The war that never ended
JOINT SERVICE AREA, Republic of Korea—A dense fog hovered over Korean War veterans and Families as they look from Demilitarized Zone into the Democratic People’s Republic of Korea June 18, 2019.
The One Race/ Sharing the Place Organization, the Sae Eden Presbyterian Church, and the ROK Ministry of Patriots and Veterans Affairs welcomed the veterans and Families to South Korea to tour the JSA, reminisce on the battles fought, and honor their fallen brothers and sisters in arms.
“My brother James Ross joined the service when he was 15 years old so he could earn an education and get my parents out of the plantation,” said Mollie Ross-McMillian, sister of U.S. Army veteran James Ross. “In 1950, he went MIA and we have not since received his remains.”
They moved by bus through the DMZ, eventually reaching the House of Freedom, mere steps away from the border. They then entered the United Nations Command Military Armistice Commission Conference Building to view the divide between the two countries.
“Crossing that threshold and being on the other side gave me a dead feeling inside,” said Dennis Malcolm, son of U.S. Marine Corps Veteran Theodore Malcolm. “It was nice to be over there and say a quick prayer for them.”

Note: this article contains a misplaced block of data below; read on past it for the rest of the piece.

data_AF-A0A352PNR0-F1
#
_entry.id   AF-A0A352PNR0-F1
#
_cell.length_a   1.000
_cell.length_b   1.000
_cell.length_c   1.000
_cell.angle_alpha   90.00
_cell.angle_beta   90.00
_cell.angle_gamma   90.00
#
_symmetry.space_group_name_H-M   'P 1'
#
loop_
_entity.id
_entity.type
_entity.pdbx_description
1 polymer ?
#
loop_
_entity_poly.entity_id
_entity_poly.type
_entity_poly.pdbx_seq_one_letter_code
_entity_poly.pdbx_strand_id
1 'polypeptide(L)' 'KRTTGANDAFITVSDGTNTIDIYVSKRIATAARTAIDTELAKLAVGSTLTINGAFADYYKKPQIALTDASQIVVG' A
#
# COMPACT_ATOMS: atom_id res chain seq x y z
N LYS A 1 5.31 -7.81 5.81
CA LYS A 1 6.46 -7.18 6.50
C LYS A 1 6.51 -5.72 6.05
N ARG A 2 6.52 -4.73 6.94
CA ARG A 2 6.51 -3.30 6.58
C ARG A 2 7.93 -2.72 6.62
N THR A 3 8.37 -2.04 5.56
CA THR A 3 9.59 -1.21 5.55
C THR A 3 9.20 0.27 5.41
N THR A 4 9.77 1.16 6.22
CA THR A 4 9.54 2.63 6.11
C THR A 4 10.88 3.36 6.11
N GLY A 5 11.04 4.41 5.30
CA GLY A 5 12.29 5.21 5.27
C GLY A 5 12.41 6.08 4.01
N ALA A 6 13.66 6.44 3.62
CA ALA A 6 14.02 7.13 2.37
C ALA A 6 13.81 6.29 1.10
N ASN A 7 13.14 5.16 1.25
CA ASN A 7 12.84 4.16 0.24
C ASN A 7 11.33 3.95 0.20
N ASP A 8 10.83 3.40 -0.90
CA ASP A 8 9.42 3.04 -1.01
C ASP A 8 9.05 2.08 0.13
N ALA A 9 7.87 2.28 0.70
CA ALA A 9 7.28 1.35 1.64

Many veterans and Families stood solemnly as they looked over into North Korea, including Medal of Honor recipient Master Sgt. Woodrow Keeble’s son Russel Hawkins. Keeble was posthumously awarded the MOH for single-handedly destroying three enemy machine-gun bunkers and saving countless Soldiers.
“I’m reminiscing on what he went through, all the lives he saved,” said Hawkins. “I’m trying to imagine the fighting the Soldiers did on both sides, in the blistering cold and rugged terrain.”
They then moved to the Foot Bridge where South Korean President Moon, Jae- In and North Korea Chairman Kim, Jong Un had a private talk during an Inter-Korea summit in 2018. A walk on the historic bridge left many with an experience some will never forget and stories for them to pass onto their Families.
“It’s been an emotional experience but an educational one as well,” said Ross-McMillian. “My Family doesn’t know a lot about the war. Now, I can take what I’ve experienced and what my brother experienced and share it with my older sister and everyone else in my Family.”
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